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Though cult films have existed since the first stag reel was lensed at the end of the 19th century, the cult film as we imagine it today was the logical if nevertheless confused product of ‘60s cinephilia. In both its French and American guises, auteurism made us—the poor, passive, rapturous audience—believe we could marginally participate in the dreamy process of cultural production. Critics and filmmakers gradually were becoming two sides of the same coin, not two warring currencies. From Eric Rohmer and Jean-Luc Godard to Peter Bogdanovich across the Atlantic, critics were morphing into scriptwriters and directors, obliterating the longstanding boundary between producers and interpreters, cultural dictators and uncharismatic hangers-on.


At the same time, the New Left was fruitfully crossing paths with the new wave: filmmakers became polemical provocateurs and emboldened critics, emancipated from the petty role of “reviewer”, became heterodox adventurers oblivious to the antiquated and tasteful polarity of “good” and “bad”. We thus came to believe the cinematic projection was not an untouchable metaphysic but something slightly real and approachable, a prosaic religion ripe for overdue schism.


As auteurism challenged (albeit momentarily) the studio system, the monotheism of commercial cinema fractured into specialized, more autonomous cults. Films were now experienced from intimate, communal, often parodic distances, not from the dehumanizing pew of Hollywood’s megalithic cathedral. Undermining orthodoxies of cinema and culture at large, the Gnosticism of the cult film became nearly indistinguishable from an unrestrained counterculture that extended far beyond the frames of an Easy Rider or Woodstock.


The good film cultist is a romantic pantheist, not an evangelical.

Yet the staid, absolutist boundaries between filmmaker and audience could not die so easily. If the Hollywood big shot was now a cult auteur, the change wasn’t necessarily a demotion; the auteur remained a charismatic guru, one whose underdog discovery or critical championing—George Romero is a good example—kept alive the fantasy of upward mobility into the Francophone echelon of real auteurs.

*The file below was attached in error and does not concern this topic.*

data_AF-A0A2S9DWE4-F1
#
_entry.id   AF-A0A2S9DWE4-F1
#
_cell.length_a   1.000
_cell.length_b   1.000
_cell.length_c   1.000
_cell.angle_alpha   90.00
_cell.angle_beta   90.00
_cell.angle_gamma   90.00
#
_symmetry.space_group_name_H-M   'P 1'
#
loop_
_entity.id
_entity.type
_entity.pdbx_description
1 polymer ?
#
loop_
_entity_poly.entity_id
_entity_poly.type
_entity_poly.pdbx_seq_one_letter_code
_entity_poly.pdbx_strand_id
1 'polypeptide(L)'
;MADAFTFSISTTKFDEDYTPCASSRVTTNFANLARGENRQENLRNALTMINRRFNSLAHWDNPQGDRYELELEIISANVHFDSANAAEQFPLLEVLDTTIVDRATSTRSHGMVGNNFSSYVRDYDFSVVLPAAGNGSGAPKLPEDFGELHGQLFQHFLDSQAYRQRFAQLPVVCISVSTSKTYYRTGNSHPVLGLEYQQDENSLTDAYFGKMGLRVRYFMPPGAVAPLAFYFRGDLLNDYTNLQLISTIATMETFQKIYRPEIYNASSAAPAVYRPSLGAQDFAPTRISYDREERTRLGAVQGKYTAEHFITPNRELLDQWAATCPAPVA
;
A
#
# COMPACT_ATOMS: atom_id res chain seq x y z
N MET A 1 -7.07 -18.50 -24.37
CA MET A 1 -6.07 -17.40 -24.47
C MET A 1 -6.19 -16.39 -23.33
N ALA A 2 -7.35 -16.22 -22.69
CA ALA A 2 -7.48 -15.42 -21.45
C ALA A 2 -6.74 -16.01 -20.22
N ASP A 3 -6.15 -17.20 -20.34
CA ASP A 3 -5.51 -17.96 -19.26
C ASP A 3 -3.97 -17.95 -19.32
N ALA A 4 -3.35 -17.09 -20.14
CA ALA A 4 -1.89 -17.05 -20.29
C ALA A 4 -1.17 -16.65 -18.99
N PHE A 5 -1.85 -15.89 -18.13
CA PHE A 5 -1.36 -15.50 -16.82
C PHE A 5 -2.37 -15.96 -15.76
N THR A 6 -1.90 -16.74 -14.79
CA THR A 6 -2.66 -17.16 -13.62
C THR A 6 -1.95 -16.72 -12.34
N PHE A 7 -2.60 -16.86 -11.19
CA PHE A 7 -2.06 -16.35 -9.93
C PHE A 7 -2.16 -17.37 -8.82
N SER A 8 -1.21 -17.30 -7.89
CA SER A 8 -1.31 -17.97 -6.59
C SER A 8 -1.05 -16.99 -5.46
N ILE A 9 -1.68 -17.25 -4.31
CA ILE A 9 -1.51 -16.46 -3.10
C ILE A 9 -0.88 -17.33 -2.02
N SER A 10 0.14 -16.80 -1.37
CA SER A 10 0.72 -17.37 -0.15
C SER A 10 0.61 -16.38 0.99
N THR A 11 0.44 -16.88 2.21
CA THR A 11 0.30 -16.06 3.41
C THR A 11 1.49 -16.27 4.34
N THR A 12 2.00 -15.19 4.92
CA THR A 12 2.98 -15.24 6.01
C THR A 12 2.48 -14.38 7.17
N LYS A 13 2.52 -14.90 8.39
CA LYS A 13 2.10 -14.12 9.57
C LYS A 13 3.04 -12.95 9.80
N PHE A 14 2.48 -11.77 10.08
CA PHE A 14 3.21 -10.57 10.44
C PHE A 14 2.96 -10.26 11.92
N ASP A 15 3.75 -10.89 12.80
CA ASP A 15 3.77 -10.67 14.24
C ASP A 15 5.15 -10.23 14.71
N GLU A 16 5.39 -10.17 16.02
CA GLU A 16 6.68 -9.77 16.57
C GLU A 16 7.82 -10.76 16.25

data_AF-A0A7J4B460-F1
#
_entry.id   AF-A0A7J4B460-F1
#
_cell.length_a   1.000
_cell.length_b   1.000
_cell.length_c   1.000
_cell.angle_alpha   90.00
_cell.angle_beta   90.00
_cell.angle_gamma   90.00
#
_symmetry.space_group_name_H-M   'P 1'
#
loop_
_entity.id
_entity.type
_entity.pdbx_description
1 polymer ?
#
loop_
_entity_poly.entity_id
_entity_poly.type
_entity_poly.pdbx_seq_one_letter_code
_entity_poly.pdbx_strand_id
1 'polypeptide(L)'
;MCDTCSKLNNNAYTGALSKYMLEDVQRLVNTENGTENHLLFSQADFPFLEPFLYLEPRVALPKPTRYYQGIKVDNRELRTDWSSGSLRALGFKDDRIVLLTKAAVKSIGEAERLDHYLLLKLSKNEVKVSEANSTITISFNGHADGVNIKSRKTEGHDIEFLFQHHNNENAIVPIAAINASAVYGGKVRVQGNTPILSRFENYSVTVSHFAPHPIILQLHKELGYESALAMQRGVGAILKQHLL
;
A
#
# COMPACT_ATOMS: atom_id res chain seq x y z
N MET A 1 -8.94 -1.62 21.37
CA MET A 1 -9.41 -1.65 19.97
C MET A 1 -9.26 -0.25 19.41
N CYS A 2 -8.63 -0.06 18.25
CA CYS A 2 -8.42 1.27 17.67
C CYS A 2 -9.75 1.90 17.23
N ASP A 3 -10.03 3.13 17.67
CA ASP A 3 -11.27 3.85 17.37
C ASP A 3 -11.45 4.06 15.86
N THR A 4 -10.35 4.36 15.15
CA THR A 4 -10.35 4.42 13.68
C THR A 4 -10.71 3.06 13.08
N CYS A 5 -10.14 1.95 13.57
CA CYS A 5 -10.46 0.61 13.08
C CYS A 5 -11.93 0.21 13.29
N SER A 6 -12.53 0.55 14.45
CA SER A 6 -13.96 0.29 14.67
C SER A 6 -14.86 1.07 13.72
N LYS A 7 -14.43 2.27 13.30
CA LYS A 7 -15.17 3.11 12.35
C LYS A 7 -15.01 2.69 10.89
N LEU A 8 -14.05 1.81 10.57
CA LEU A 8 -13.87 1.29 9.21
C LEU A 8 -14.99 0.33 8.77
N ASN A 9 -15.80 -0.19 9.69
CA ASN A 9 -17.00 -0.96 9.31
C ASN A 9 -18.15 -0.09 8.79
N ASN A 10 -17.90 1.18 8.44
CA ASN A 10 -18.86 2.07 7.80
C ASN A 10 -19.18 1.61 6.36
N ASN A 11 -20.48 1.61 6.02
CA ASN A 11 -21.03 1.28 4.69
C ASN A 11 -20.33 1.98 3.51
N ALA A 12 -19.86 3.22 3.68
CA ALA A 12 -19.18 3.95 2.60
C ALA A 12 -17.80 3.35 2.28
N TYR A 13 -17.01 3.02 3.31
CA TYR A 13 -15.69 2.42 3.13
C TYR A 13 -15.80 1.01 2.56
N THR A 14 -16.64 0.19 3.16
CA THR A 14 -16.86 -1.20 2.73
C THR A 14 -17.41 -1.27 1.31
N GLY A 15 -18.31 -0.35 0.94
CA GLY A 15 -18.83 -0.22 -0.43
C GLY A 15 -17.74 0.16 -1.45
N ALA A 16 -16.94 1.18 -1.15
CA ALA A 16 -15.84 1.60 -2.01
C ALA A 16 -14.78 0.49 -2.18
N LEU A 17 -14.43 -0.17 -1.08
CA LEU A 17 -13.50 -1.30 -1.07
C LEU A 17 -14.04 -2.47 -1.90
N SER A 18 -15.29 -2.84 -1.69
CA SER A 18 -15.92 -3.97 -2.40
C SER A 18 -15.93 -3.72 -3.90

The catalysts of cult cinema seem bewilderingly numerous, from the quaint nostalgia of Creature from the Black Lagoon, to the Sontagian camp of Ed Wood’s interstellar paper plates, to the belated niche success of Blade Runner, a film lambasted by many mainstream critics upon its 1982 release. The instigations of nostalgia or pathos seem counterfeit criteria for cultdom, however. That nostalgia cults hold great cultural sway is all the more reason to discover or found cults less prone to undue sentimentality— Christianity, after all, is predicated on a deadly nostalgia, and nearly all mainstream religions engage the rituals, fetishes, and parodies by which cult films are at least partly identified.


Furthermore, in an age of pervasive irony, self-conscious pastiche should instantly disqualify a film for cult status. A self-satisfied, ersatz exercise such as Grindhouse confuses posture with belief, affectation with naiveté. By definition, the cult film cannot fetishize itself. The fetishization is the necessary work of a relatively sane audience needing to carve out its own niche, needing to distance itself from the American multiplex, multimillion dollar advertising blitzes, whoring magazine reviewers, and a culture whose fetishes are usually imposed, not chosen.


We already know that any “worthy” cult film claims—pretentiously or not—to be oppositional, a necessary slap across the complacent face of the bourgeoisie. It is no accident that so many cult films—Alejandro Jodorowsky’s Fando and Lis, Richard Lester’s The Bed Sitting Room, Monte Hellman’s Two Lane Blacktop, L. Q. Jones’ A Boy and his Dog, David Lynch’s Eraserhead, and even the ineptly metaphysical Circle of Iron—use desolated environments or vast empty spaces to signify their knowing alienation from copious materialism. Apart from an overriding aura of contrariety, however, the term “cult film” remains vague and unreasonably inclusive.


Decades of cult film criticism have traversed everything from Paul Morrissey to Andy Milligan, from Ralph Bakshi to Shuji Terayama, from sadomasochistic hentai anime to obtuse Italian peplums, from mondo shockumentaries to sub-Hitchcockian giallos, from Beach Blanket Bingo to El Santo vs. the Vampire Women, from the satirical scatology of Dusan Makavejev’s Sweet Movie to the effete intellectuality of Raul Ruiz’s Hypothesis of the Stolen Painting. On the surface, the term “cult” skirts uselessness, potentially connoting any object that falls beyond mainstream purvey and production. Sifting through the morass, however, it soon becomes clear the many of the legitimate cult films listed above (don’t defensively bristle at the word “legitimate”—we must draw lines) are more specifically opposed to the still-dominant aesthetic of Realism, as they happily pillage the toolboxes of Pirandello, Brecht, and Artaud.